Maurizio Meloni's book is a fascinating social and political history of human heredity spanning over 150 years
Recently, the Union Ministry of Ayurveda, Unani, Siddha and Homeopathy (AYUSH) issued a booklet that advised pregnant women to “detach themselves from desire, anger, attachment, hatred and lust,” as well as “shun non-vegetarian food to deliver a healthy baby”. It immediately sparked off a kerfuffle in the media as suitably peeved progressives slammed it as yet another attempt by the Hindu right at insinuating antiquated, sexist, and unscientific ideas into the body politic.
That said, while there is good reason to be cautious about the rise of right-wing orthodoxy in recent times, the idea that a person’s life history—her physical and emotional experience, her dietary habits, her social milieus—may leave a lasting impression on her as well as on her descendants is passé no more. Epigenetics, as this new emerging science is called, tries to make sense of traits and phenomena, such as persistently skinny babies in a population, or the recurrence of a disease, that cannot be explained by DNA alone: there is something else going on beyond the DNA’s ken that’s making it behave out of line. Hence, if scientists can seriously entertain the possibility that the disproportionate number of underweight babies born to African-American women might have something to do with their slave past, to dismiss the idea that certain actions of a pregnant mother might affect her baby as pure nonsense may seem a little cavalier.
This subtext of epigenetics is the immediate provocation behind Maurizio Meloni’s Political Biology: Science and Social Values in Human Heredity from Eugenics to Epigenetics, a fascinating social and political history of human heredity spanning over 150 years from Darwin to the present moment. Eschewing the whiggish illusion of history as a collection of linear events that move inevitably towards progress, he uses concepts such as dispersion, epistemic break, switch and caesuras to weave an intricate narrative in which the script, in this case ideas and statements about human heredity, unfolds in surprising and unforeseen ways under changing social and political circumstances.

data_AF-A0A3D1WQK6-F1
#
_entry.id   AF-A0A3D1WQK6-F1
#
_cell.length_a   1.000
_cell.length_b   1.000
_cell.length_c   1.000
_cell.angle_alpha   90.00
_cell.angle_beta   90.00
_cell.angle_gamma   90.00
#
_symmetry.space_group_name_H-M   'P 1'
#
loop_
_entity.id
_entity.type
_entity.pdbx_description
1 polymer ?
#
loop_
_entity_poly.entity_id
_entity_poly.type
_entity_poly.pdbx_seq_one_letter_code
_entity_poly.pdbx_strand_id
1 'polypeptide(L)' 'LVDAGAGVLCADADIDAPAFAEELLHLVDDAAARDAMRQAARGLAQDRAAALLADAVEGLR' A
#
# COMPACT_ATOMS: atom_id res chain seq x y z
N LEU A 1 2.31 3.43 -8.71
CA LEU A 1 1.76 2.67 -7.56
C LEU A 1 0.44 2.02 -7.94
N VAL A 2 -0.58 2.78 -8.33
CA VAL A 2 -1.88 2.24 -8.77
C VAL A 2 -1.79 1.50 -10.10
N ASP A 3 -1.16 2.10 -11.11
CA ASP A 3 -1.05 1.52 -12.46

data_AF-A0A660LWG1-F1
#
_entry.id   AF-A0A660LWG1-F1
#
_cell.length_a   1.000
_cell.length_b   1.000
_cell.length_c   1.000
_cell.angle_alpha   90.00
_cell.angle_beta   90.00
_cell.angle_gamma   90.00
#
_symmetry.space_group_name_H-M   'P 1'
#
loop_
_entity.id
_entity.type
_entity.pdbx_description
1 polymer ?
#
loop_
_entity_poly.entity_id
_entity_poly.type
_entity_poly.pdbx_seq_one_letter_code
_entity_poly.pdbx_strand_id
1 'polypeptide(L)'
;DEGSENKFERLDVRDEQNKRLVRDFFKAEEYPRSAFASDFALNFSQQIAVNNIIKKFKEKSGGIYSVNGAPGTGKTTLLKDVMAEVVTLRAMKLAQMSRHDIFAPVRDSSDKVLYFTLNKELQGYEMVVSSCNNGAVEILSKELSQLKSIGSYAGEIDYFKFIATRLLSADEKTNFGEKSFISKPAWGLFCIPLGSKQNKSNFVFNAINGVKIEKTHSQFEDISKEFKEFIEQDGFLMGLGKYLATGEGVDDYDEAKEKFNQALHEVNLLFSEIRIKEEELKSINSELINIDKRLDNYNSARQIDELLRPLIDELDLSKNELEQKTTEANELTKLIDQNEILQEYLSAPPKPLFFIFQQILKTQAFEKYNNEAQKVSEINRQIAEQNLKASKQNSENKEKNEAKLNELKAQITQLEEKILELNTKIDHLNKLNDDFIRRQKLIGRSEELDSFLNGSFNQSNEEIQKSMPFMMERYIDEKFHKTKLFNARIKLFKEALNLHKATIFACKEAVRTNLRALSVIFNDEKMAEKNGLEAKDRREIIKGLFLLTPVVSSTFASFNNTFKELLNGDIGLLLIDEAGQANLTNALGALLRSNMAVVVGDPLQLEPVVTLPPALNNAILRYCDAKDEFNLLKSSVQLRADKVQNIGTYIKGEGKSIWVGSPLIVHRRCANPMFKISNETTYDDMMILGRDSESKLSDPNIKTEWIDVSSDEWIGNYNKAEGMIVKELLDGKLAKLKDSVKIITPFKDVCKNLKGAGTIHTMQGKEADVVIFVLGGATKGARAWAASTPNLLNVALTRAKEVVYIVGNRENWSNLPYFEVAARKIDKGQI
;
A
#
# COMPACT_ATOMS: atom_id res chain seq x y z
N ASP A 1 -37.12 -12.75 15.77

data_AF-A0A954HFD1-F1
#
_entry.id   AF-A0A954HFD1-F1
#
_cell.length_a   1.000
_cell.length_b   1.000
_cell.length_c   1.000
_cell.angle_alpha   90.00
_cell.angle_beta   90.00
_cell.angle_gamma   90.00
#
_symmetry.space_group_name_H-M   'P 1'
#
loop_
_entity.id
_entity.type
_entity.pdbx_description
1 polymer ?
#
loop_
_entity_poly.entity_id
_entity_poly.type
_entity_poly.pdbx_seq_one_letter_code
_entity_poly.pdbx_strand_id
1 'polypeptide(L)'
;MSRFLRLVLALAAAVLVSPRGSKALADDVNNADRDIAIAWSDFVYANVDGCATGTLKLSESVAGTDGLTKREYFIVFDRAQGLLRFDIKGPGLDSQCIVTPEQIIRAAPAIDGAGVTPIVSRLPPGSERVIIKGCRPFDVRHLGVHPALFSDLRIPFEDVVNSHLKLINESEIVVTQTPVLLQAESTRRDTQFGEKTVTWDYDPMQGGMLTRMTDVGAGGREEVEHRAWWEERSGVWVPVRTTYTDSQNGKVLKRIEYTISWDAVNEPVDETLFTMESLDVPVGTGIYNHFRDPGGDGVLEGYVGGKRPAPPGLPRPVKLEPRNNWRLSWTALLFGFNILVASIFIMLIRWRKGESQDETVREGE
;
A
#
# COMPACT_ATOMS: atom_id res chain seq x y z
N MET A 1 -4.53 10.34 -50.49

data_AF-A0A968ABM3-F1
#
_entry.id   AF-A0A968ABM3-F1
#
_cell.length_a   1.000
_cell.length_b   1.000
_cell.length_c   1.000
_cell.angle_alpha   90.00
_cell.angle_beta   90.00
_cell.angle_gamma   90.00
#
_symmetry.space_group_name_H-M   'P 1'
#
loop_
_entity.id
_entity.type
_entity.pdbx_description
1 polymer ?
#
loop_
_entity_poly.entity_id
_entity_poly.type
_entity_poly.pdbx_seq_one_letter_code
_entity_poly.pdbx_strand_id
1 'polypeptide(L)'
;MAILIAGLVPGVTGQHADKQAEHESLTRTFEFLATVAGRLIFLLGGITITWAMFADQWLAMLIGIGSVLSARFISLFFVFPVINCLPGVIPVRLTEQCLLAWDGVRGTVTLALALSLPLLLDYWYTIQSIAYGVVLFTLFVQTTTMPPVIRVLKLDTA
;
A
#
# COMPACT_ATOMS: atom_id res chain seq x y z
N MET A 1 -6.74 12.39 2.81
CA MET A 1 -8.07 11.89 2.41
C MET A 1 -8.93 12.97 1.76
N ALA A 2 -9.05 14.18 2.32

Meloni, who teaches social theory at the University of Sheffield in the United Kingdom, begins his story around the publication of Darwin’s Origin of Species. This is a time when Darwin’s theory of evolution by natural selection is up against Lamarck’s ideas about inheritance of acquired traits. It’s true that most of us have a linear and highly abridged sense of history, which often makes us assume that intimately connected ideas, such as evolution and genes, would have arisen in some predetermined logical progression. But, as Meloni enlightens us, truth, more often than not, is elliptical. Darwin, for instance, believed even traits changed by conditions of life were passed on, even as, unbeknownst to the larger scientific community, a German friar called Gregor Mendel was laying out the laws of heredity with his pea plant experiments. Meloni argues that Mendel’s fellow scientists, indeed Mendel himself, could not appreciate the significance of his results as no one before 1900 could divorce nature from nurture in their minds.
However, not knowing the nitty-gritty of heredity didn’t deter scientists from pontificating on it. Meloni recounts how in the last decades of the 19th century three scientists, notably Francis Galton, August Weismann (introduced the idea of germ-plasm) and Wilhelm Johannsen (he coined the words "genotype", "phenotype" and "gene"), engineered a decisive shift from soft heredity (nature plus nature) to hard here-dity (only nature). This sundering of heredity from environment was captured by a catchy metaphor: the seed of nature always prevails over the soil of nurture.